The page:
Family has always been important to me. I have tried to instill in my children and now my grandchildren the love and importance of staying connected with family. Growing up I was very shy. I always felt awkward and not as pretty as my sister. …
Month: January 2017
Our lives are filled with new doors opening. Sometimes we walk through. Other times we pass by on the other side. As you get older you can look back and wonder if there were some doors you should have entered. My mother often said, “You can go farther and do worse.” Or, my father might say, “There is no better time than the present.” Some doors we walk through and looking back wonder what would life have been like if we hadn’t taken that door or had taken another. We can’t know fully what lies on either side of the door.
I remember one summer night I had been babysitting for a family. They brought me home. Usually my family was home when I got there, but tonight the house was empty. As I entered the door and flipped on the light I called out to see if anyone was home. No answer came so I put up my things pondering where they could be. I was glad to be safe inside the house. I headed to the kitchen to get a drink when suddenly I heard a loud squeak and then another and another. It sounded like it came from the utility room. My first thought was the steps going to the attic. I strained to listen. The silence was deafening.
I had recently heard stories of people hiding in someone’s home and later attacking them. My heart stopped. Too afraid to go check it out I sat frozen for a few minutes. I decided it surely must be safer for me outside. If anyone was in the house I could hide from them outside and not be trapped in the house. I quietly tip-toed back out the door.
We had a big pole light so hiding near the house was not an option. As I stood there wondering which way to go the night air broke with the sound of a pack of coyotes howling. Now reality began to set in. It certainly didn’t seem safer out in the dark. It was quite unlikely anyone was hiding in the house. The lights and protection of home seemed pretty appealing. So I walked back through the door facing my fears. I checked everything out. Satisfied that I was the only one home I went and fixed me a glass of iced tea. Just as I was closing the frig the sound of our car could be heard outside. Through the door, everyone came laughing and talking. I never shared my fears that evening, but I learned an important lesson. Fear can keep us from the blessings we can recieve when we walk through a door. It was one of those little milestones in my life that made a huge difference.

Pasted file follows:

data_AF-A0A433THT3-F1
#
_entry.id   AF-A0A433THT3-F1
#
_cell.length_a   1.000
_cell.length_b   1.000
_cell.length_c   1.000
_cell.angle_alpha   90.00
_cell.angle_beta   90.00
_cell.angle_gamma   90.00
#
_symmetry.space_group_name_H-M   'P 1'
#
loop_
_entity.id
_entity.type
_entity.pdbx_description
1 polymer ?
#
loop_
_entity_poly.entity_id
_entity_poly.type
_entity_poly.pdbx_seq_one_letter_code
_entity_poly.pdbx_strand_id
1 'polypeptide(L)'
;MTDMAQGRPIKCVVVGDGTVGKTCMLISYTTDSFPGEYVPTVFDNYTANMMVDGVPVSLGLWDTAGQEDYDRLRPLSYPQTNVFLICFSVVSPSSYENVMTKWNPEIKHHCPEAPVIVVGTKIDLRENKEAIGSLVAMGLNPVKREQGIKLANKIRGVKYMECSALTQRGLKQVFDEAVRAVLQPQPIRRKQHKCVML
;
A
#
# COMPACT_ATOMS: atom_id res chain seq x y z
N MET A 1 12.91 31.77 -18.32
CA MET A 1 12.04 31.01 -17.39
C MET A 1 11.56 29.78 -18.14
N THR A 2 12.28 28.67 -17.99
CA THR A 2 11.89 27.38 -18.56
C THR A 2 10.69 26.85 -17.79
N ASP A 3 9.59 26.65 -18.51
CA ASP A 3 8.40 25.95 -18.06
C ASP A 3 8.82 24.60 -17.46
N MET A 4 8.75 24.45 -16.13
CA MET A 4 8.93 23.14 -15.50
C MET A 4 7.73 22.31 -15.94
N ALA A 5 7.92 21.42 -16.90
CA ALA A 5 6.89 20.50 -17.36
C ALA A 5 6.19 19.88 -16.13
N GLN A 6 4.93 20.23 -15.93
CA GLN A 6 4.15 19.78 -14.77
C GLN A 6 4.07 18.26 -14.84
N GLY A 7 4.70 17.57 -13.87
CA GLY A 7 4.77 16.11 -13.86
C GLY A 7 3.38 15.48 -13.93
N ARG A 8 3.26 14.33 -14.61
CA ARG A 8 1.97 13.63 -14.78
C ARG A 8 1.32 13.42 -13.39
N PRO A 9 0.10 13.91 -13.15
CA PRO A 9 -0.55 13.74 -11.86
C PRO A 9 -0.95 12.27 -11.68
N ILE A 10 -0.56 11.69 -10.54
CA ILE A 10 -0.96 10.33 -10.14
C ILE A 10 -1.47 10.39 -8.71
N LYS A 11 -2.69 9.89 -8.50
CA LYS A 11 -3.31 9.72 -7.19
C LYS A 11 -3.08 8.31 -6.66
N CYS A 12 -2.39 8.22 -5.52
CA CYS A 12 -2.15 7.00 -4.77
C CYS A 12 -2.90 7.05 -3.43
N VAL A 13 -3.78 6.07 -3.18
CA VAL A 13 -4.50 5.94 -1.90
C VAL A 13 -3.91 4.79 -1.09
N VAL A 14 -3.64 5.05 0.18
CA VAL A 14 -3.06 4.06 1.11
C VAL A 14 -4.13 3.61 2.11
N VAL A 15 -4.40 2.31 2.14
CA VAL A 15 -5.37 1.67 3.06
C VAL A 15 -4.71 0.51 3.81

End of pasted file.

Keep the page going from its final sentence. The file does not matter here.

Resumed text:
God opens and closes doors for us. When we fellowship with him he guides our path and we do not have to fear. Jesus said, “I am the way, and the truth, and the life. No man comes to the Father except through me.” John 14:6 He is the Door. It is already open to us. All we have to do is enter into his rest.
For Christmas my husband gave me The Founder’s Bible (https://thefoundersbible.com). I am totally enjoying reading God’s Word along with historical messages and accounts of our forefathers. For our wisest people to deny the facts and the words of these men and women who wrote them, seems…
I am so blessed to get daily pictures of my grandchildren. When this one came up I knew I had to paint it. Love, love, love it!!!
My father has always loved wagons and buggies. Growing up, we often got to ride on a horse drawn wagon or buggy. It is like time stands still when you are on that old wagon listening to the clip clop of the horses feet. A cool breeze sweeps your face and the sight of wildflowers along the roadside catch your eye. The neighbors would come out to wave as we drove by. Often we stopped and chatted about the weather, crops, family and how things were going.
During the 70s, my father with the help of Bro. Wayne Norton organized what came to be known as Frontier Sunday. The First Baptist Church of Climax Springs, Missouri set a date for the big event. On the set Sunday people would come from all over with their horses and wagons or buggies. My father would head downtown with his team and wagon. He picked up a wagon load of kids who wanted to come to church that Sunday. It was always fun to see the smiles and big waves from the kids, as the team rounded the driveway.
Before church the riders would line up down highway 7. It was a long parade of riders and wagons. Occasionally some old cars and trucks showed up. Once everyone was in the church yard, horses were tied to post or trailers and everyone headed inside for church services. Often there was too many people so some had to sit outside. Many people came dressed in period costumes.
After the morning church service a huge carry in dinner was served. Most sat outside to eat their lunch. No one seemed to be in a hurry to leave. Some rode their horses around. Others checked out the teams, buggies and old vehicles that had come. It was a great time for all. Frontier Sunday lasted for several years. It was truly a fun day!